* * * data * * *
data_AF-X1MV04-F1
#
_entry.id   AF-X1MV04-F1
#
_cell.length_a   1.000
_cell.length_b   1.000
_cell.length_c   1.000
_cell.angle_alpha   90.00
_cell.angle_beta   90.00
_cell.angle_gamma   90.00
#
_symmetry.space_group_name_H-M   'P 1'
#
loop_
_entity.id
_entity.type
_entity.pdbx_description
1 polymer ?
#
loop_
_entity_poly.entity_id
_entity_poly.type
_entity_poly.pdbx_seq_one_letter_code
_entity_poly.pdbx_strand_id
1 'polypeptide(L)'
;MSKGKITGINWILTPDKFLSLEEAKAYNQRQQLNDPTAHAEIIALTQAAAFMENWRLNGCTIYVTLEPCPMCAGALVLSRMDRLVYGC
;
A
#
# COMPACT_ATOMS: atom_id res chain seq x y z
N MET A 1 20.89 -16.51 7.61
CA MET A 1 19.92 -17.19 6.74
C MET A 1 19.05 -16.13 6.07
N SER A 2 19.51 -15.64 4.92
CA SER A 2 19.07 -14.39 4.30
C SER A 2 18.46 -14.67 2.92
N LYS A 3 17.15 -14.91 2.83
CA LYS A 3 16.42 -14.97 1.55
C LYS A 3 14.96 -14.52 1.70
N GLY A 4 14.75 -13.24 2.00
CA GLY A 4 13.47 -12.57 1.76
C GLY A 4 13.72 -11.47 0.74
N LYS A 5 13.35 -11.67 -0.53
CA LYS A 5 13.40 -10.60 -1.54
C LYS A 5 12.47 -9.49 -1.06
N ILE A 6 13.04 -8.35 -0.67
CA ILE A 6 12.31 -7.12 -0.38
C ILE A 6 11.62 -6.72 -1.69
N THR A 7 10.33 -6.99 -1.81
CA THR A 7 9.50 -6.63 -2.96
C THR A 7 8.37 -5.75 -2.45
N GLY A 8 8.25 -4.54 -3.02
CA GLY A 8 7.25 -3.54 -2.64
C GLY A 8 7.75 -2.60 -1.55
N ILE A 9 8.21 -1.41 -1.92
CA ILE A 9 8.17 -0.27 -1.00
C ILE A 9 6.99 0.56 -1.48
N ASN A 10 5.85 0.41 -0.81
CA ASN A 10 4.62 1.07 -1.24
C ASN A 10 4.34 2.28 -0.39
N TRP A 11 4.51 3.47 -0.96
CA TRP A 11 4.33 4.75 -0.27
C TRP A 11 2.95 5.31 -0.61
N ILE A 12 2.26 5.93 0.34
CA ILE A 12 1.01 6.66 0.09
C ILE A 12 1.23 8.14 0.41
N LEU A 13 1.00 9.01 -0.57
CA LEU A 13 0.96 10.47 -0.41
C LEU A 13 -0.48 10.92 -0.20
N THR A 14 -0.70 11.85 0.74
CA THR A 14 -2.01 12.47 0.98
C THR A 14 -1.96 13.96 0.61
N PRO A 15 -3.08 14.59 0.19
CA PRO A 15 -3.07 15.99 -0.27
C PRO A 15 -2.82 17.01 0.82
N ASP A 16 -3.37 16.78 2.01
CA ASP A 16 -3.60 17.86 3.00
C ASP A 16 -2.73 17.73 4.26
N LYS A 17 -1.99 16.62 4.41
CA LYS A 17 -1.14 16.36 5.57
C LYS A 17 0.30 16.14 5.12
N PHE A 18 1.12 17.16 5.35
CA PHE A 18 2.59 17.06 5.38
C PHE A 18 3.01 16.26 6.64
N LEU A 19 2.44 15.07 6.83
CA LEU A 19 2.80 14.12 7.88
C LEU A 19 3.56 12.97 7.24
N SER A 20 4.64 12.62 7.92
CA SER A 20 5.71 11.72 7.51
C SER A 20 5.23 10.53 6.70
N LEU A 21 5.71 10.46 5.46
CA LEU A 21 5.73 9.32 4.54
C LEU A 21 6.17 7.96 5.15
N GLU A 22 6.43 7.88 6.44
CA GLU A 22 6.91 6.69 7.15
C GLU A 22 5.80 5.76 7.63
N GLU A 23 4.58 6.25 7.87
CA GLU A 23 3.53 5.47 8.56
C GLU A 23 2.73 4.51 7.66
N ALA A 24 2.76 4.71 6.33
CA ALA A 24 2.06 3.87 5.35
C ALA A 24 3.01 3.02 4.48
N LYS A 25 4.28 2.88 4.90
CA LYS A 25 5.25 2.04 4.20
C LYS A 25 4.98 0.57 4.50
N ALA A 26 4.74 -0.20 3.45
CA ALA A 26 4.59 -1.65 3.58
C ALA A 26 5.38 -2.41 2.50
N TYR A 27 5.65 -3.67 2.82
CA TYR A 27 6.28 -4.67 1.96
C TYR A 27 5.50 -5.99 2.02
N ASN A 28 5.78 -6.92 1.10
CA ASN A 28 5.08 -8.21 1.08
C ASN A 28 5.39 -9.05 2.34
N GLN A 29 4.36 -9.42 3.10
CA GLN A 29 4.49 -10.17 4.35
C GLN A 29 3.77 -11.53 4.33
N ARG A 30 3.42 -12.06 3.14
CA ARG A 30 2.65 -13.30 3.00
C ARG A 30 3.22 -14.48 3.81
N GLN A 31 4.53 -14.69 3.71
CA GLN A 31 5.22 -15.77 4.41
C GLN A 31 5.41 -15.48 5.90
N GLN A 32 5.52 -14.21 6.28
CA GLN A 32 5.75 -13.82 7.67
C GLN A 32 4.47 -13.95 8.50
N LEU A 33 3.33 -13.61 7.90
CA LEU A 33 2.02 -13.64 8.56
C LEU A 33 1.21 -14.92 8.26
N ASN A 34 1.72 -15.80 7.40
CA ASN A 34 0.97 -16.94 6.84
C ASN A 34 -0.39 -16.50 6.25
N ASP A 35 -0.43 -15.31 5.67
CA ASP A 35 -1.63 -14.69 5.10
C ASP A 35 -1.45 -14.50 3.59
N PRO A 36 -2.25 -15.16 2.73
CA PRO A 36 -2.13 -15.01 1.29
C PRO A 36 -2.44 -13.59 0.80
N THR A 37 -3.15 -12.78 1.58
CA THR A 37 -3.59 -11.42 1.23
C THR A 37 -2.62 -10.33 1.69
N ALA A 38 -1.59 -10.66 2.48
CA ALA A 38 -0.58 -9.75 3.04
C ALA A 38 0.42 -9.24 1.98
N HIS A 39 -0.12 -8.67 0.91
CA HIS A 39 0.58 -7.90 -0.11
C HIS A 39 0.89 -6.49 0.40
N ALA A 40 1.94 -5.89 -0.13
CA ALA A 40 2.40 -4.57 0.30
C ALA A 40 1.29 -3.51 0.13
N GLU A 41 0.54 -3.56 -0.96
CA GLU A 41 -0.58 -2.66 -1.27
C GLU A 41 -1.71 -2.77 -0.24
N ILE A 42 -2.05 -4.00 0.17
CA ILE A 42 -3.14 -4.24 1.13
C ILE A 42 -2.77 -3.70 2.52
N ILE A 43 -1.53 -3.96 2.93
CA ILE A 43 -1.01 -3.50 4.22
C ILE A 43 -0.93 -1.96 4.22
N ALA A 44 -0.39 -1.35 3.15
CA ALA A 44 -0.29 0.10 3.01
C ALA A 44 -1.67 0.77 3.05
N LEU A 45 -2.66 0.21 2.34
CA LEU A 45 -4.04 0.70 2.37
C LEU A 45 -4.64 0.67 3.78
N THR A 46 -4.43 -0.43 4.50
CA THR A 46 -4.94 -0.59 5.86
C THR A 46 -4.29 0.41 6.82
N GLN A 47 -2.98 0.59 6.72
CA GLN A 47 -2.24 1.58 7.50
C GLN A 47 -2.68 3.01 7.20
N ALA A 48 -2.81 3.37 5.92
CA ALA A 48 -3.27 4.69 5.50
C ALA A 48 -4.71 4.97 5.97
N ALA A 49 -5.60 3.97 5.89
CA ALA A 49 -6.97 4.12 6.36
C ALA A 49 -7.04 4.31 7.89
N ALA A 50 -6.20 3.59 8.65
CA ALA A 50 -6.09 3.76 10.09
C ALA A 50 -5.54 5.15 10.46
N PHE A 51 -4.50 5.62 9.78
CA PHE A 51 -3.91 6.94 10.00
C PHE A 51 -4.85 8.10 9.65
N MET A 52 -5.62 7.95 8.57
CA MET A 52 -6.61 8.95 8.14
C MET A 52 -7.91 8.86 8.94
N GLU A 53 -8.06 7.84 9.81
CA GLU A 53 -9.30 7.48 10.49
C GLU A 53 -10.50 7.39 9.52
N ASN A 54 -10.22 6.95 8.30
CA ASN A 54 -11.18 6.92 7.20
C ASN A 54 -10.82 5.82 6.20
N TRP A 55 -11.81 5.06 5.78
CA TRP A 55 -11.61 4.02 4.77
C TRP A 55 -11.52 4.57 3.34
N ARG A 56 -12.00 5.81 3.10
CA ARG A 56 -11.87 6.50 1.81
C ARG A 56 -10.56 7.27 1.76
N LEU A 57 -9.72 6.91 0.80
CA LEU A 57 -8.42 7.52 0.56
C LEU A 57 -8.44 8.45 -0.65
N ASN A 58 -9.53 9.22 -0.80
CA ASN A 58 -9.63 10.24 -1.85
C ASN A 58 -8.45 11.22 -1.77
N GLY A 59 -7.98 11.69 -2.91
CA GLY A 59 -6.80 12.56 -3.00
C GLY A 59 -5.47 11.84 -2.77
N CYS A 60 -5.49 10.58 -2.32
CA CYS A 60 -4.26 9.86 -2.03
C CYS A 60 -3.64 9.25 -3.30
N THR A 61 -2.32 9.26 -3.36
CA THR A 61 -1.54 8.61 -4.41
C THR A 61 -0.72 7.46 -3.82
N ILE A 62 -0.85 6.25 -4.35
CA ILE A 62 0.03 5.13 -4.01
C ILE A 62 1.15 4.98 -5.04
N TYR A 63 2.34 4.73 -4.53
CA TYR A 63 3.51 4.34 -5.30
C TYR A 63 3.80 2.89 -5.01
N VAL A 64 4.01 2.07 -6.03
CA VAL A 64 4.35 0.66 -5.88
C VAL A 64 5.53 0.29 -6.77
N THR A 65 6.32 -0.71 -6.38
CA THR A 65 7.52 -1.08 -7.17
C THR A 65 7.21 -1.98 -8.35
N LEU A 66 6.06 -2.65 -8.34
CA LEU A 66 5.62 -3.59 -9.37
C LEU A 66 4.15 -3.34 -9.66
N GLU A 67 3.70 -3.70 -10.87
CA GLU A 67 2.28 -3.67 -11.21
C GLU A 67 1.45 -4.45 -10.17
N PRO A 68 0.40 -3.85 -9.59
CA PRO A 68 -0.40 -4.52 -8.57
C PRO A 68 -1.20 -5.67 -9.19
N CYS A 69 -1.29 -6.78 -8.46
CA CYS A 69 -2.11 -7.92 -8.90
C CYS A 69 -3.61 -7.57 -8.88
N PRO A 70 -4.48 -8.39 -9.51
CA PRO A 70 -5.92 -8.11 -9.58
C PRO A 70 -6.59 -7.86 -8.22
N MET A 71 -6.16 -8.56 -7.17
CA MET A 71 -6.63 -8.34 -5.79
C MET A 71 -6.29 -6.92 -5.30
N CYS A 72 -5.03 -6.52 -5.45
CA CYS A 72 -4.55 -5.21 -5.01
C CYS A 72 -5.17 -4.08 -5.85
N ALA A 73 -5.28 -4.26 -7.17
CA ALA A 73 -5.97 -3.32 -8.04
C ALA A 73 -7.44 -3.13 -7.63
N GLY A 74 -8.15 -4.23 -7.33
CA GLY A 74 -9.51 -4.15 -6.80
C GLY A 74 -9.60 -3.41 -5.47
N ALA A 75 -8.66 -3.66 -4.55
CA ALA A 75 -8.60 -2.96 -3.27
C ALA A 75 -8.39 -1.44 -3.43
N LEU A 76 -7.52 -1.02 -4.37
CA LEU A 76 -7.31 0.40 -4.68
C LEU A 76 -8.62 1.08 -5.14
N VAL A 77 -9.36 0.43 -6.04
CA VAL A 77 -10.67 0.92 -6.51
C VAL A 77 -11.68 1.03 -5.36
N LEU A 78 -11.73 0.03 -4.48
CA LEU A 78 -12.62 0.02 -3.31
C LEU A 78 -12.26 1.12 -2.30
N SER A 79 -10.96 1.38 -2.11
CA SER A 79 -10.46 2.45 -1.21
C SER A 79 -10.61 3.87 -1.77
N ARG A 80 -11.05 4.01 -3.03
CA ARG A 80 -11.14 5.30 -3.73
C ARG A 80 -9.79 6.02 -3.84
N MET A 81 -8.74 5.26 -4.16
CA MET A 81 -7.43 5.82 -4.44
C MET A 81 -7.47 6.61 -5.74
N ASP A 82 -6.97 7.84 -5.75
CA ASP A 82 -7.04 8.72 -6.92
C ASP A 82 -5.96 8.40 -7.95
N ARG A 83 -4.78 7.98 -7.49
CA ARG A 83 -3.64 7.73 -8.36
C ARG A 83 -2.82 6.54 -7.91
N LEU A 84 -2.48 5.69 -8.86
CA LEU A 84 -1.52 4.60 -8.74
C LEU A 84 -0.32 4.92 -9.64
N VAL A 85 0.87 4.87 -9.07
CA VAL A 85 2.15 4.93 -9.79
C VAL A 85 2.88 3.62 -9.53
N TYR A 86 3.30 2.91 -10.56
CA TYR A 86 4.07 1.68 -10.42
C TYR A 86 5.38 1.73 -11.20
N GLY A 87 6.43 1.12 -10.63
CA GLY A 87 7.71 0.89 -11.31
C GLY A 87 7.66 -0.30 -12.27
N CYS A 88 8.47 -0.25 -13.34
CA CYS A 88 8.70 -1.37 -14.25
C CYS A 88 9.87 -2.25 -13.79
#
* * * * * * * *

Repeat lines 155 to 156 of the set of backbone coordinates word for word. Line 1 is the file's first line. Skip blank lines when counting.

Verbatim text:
CA ILE A 42 -3.14 -4.24 1.13
C ILE A 42 -2.77 -3.70 2.52